January 30, 2019, 4:52 PM · As Mary Ellen already pointed out, the paying opportunities for professional chamber musicians are very rare, unless you are among the elite players in a given conservatory. These positions are second only to soloist work, which, like professional sports, is a very elite game. That said, nothing hones your chops better than playing chamber music. You'll rapidly become a better orchestral musician, because in a sense, playing chamber music is like being the principal player in a orchestra. You'll learn to watch each other, listen to the ensemble and your own playing on a deep level, and you'll play some of the best music ever written.

But, don't neglect orchestral playing. There are skills you can only learn there, like watching a conductor, working within a section and with your stand partner, and the teamwork it takes to really play great large-scale music. And, as already stated, even pro orchestra jobs are difficult to get.

I'd suggest staying the course and striving to reach your personal best, but be flexible in terms of the kind of work you plan to get. Take the jobs you come across, and learn from each one of them.

January 30, 2019, 5:47 PM · Think about the venues where you're seen quartets play. How many seats did they sell? What were the ticket prices? Was there any sponsorship or underwriting? What kind of expenses have they? And remember -- all the profits get divided by four, and there are no fringes. I just looked at the schedule of one of my favorite quartets, The Jerusalem Quartet, and it's murder -- in March they have 12 gigs in 14 days. You can bet they would not do that if it were not necessary to make ends meet.
January 30, 2019, 7:36 PM · And that quartet is probably grateful to be getting the work, too. I think professional quartets often have fairly compressed touring schedules, though, because they often have other jobs as well -- for instance, they may be in residence at a university where they have teaching duties.
January 30, 2019, 7:51 PM · Go play/study what you love but know that making a living at is extremely difficult and, frankly, unlikely. The number of quartets who earn anything approaching a steady paycheck is tiny, and there have never been so many really fantastic young quartets in the world. But winning a seat in a professional orchestra is almost as hard -- it's almost like hitting the lottery. Just try to keep your expectations realistic. If you want to make a living as a musician, chances are you will have to do a lot of things really well and play an awful lot of music that would not be your choice to play. Even Hilary Hahn is doing youtube videos playing Paganini while hula-hooping -- that's the kind of commitment it takes to make a living at music.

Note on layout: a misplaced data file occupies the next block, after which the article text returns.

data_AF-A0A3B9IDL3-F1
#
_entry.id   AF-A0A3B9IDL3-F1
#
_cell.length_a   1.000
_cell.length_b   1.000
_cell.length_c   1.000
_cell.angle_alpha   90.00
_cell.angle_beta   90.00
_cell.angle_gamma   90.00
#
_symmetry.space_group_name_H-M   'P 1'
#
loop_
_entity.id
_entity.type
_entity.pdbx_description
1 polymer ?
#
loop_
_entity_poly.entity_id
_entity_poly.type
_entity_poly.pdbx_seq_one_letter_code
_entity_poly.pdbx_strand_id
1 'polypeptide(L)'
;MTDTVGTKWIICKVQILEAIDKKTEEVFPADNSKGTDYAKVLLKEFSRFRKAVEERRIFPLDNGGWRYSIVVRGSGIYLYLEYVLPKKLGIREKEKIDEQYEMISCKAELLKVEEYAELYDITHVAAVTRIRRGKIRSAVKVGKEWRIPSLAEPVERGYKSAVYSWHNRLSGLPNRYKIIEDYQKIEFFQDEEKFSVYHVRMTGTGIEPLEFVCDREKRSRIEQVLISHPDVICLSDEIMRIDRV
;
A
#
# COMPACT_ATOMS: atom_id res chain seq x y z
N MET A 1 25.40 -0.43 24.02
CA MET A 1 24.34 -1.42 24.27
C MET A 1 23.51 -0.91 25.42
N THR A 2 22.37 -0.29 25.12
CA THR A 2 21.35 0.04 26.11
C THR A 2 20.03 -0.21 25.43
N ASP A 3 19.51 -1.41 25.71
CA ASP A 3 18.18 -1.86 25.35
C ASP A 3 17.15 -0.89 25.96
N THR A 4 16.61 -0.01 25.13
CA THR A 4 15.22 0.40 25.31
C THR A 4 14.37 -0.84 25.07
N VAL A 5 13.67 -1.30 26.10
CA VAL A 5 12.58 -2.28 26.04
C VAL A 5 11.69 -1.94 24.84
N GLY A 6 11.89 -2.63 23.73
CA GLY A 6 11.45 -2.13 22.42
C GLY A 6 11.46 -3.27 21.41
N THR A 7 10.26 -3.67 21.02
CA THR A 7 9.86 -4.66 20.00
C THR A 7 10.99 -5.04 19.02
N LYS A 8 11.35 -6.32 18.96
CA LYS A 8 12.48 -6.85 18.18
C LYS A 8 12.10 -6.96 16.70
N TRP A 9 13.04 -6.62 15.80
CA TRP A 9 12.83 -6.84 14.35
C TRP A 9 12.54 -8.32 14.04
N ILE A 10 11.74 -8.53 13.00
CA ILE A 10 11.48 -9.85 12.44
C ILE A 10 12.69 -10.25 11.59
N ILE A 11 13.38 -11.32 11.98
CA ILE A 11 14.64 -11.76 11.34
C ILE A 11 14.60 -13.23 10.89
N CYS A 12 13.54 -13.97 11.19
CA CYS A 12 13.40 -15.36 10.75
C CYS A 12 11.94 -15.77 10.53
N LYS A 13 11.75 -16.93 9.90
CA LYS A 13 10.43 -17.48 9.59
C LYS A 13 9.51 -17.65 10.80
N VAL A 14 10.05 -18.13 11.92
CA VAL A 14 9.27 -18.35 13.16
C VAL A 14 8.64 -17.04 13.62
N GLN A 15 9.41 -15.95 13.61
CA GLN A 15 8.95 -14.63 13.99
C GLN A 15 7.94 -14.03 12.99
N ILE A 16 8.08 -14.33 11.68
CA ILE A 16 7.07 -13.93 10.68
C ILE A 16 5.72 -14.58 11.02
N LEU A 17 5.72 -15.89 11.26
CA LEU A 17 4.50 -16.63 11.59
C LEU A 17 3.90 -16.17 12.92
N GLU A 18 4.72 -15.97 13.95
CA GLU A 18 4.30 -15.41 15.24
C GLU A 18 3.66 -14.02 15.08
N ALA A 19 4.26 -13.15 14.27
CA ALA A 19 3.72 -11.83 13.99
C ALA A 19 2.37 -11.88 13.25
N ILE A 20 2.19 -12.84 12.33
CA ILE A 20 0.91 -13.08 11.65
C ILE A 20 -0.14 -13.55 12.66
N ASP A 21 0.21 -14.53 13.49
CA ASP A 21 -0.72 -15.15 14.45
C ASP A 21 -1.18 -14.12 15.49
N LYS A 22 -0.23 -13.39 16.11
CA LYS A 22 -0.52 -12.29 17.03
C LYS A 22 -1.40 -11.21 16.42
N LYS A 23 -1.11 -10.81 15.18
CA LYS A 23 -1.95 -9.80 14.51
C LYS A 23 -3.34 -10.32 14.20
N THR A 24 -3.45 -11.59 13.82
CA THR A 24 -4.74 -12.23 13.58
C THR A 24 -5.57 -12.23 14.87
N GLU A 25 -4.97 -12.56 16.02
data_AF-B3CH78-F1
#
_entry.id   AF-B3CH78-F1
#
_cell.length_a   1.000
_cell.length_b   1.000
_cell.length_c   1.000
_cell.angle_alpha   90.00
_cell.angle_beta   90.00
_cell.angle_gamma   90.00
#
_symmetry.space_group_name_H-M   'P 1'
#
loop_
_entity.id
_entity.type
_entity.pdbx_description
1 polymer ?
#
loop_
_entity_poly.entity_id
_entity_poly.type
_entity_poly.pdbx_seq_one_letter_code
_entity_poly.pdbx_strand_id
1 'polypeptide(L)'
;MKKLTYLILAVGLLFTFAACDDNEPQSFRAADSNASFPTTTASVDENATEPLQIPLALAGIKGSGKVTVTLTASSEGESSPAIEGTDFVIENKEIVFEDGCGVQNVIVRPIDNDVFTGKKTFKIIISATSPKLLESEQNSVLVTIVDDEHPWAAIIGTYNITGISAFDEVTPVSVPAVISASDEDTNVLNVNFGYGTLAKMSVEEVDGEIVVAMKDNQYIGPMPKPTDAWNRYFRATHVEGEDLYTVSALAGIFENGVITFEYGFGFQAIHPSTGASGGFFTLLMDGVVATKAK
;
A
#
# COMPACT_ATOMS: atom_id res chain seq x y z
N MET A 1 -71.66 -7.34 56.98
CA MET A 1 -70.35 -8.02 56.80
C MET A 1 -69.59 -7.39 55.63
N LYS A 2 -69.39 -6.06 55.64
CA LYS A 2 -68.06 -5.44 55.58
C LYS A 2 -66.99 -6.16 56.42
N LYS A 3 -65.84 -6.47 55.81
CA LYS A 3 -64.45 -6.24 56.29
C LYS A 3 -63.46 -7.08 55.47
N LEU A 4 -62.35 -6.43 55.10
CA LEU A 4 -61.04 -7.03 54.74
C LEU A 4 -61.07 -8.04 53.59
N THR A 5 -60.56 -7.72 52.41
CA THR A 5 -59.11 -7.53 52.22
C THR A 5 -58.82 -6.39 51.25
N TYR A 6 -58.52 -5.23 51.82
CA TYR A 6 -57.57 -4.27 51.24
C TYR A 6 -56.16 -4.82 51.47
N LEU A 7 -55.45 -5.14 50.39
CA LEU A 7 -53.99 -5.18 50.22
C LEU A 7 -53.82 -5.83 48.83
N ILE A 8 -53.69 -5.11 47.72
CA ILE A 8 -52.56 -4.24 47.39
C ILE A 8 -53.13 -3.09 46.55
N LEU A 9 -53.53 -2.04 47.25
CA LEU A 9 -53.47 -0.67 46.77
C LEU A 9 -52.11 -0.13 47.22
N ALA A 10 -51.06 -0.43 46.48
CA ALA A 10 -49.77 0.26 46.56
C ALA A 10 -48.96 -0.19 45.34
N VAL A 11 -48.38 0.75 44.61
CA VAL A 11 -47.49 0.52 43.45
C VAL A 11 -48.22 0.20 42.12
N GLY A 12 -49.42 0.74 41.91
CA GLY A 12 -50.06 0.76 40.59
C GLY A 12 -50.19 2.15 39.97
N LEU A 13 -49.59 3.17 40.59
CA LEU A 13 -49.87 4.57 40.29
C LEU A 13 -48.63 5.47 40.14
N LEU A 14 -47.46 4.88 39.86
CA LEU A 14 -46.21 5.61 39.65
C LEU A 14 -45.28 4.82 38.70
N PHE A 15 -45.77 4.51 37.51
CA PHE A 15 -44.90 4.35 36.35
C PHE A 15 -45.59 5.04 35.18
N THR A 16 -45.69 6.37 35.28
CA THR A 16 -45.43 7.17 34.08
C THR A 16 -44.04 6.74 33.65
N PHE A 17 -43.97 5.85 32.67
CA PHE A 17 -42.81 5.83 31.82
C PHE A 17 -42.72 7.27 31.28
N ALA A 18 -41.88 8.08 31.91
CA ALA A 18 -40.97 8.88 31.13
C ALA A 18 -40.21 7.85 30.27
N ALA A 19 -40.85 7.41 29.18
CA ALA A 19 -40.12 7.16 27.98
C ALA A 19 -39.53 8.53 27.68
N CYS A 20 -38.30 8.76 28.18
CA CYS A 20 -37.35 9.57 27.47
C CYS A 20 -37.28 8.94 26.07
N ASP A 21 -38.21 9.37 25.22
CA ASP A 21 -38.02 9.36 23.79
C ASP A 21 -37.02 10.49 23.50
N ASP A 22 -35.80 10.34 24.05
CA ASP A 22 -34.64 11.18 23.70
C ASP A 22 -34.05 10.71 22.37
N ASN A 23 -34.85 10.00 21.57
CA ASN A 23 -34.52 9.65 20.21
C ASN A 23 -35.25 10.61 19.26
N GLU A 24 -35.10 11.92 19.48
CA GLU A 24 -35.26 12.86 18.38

January 30, 2019, 9:37 PM · Professional touring quartet members are playing at the same level as any soloist (although the skillsets and knowledge base are a bit different.) Look at their bios- they met at Julliard, they went to Coburn. They won blah blah prize...

As for wedding/venue quartets, that's very much a part time gig. In fact, many of the symphony players I know have this side hustle going. You will be competing with BOTH highly trained symphony musicians AND really good amateurs/semi-pros/3rd tier musicians for work.

This is a business, so if you intend to do this, major in performance, double major or double minor in business and marketing.

Edited: January 30, 2019, 9:56 PM · I don't think that Hula Hoop video has any influence on Hilary Hahn's income. My guess is she just felt she couldn't say no. You don't see Anne-Sophie Mutter doing that stuff and she's got to be loaded. HH will grow out of it too one day. By then someone else will come along to perform monkeyshines with the likes of TwoSet Violin.